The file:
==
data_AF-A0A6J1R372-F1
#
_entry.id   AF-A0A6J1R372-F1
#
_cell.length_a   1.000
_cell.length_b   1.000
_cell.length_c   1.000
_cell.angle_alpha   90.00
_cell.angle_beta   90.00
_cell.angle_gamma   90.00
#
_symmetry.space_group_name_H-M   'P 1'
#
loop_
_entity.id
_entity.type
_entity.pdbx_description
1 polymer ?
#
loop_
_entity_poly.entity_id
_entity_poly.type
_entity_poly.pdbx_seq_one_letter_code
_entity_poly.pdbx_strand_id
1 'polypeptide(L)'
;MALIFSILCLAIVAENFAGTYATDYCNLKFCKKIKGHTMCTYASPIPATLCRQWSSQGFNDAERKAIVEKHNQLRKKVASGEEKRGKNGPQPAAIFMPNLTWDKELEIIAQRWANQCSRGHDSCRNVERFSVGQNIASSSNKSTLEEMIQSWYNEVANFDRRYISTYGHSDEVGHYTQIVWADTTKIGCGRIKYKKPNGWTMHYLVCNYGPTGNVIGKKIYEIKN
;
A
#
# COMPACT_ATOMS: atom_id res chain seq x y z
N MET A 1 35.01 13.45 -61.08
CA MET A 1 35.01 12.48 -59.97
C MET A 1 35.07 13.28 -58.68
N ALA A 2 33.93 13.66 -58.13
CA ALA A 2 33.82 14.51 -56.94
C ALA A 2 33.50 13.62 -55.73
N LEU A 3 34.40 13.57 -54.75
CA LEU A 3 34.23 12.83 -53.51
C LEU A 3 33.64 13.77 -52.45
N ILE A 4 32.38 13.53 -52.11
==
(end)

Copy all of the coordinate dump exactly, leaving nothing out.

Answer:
data_AF-A0A6J1R372-F1
#
_entry.id   AF-A0A6J1R372-F1
#
_cell.length_a   1.000
_cell.length_b   1.000
_cell.length_c   1.000
_cell.angle_alpha   90.00
_cell.angle_beta   90.00
_cell.angle_gamma   90.00
#
_symmetry.space_group_name_H-M   'P 1'
#
loop_
_entity.id
_entity.type
_entity.pdbx_description
1 polymer ?
#
loop_
_entity_poly.entity_id
_entity_poly.type
_entity_poly.pdbx_seq_one_letter_code
_entity_poly.pdbx_strand_id
1 'polypeptide(L)'
;MALIFSILCLAIVAENFAGTYATDYCNLKFCKKIKGHTMCTYASPIPATLCRQWSSQGFNDAERKAIVEKHNQLRKKVASGEEKRGKNGPQPAAIFMPNLTWDKELEIIAQRWANQCSRGHDSCRNVERFSVGQNIASSSNKSTLEEMIQSWYNEVANFDRRYISTYGHSDEVGHYTQIVWADTTKIGCGRIKYKKPNGWTMHYLVCNYGPTGNVIGKKIYEIKN
;
A
#
# COMPACT_ATOMS: atom_id res chain seq x y z
N MET A 1 35.01 13.45 -61.08
CA MET A 1 35.01 12.48 -59.97
C MET A 1 35.07 13.28 -58.68
N ALA A 2 33.93 13.66 -58.13
CA ALA A 2 33.82 14.51 -56.94
C ALA A 2 33.50 13.62 -55.73
N LEU A 3 34.40 13.57 -54.75
CA LEU A 3 34.23 12.83 -53.51
C LEU A 3 33.64 13.77 -52.45
N ILE A 4 32.38 13.53 -52.11